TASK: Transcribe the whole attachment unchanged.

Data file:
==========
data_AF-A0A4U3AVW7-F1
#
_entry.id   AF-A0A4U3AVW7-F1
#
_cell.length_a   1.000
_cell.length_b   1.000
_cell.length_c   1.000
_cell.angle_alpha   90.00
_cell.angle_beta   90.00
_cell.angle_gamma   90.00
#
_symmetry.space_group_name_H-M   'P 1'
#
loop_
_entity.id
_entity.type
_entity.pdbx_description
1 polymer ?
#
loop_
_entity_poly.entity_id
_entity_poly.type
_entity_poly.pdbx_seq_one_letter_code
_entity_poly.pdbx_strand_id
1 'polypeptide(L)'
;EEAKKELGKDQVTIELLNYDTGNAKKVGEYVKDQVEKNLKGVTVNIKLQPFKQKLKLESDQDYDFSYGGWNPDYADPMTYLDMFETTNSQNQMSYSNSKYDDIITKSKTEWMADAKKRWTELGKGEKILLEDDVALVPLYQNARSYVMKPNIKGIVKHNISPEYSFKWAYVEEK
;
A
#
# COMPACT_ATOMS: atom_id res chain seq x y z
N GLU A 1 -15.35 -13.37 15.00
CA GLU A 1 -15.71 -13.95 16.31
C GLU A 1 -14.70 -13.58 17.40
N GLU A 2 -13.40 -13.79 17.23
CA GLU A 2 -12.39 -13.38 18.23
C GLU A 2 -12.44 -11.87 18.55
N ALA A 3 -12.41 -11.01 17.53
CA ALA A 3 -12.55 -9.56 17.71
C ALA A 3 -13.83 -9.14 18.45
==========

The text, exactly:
data_AF-A0A4U3AVW7-F1
#
_entry.id   AF-A0A4U3AVW7-F1
#
_cell.length_a   1.000
_cell.length_b   1.000
_cell.length_c   1.000
_cell.angle_alpha   90.00
_cell.angle_beta   90.00
_cell.angle_gamma   90.00
#
_symmetry.space_group_name_H-M   'P 1'
#
loop_
_entity.id
_entity.type
_entity.pdbx_description
1 polymer ?
#
loop_
_entity_poly.entity_id
_entity_poly.type
_entity_poly.pdbx_seq_one_letter_code
_entity_poly.pdbx_strand_id
1 'polypeptide(L)'
;EEAKKELGKDQVTIELLNYDTGNAKKVGEYVKDQVEKNLKGVTVNIKLQPFKQKLKLESDQDYDFSYGGWNPDYADPMTYLDMFETTNSQNQMSYSNSKYDDIITKSKTEWMADAKKRWTELGKGEKILLEDDVALVPLYQNARSYVMKPNIKGIVKHNISPEYSFKWAYVEEK
;
A
#
# COMPACT_ATOMS: atom_id res chain seq x y z
N GLU A 1 -15.35 -13.37 15.00
CA GLU A 1 -15.71 -13.95 16.31
C GLU A 1 -14.70 -13.58 17.40
N GLU A 2 -13.40 -13.79 17.23
CA GLU A 2 -12.39 -13.38 18.23
C GLU A 2 -12.44 -11.87 18.55
N ALA A 3 -12.41 -11.01 17.53
CA ALA A 3 -12.55 -9.56 17.71
C ALA A 3 -13.83 -9.14 18.45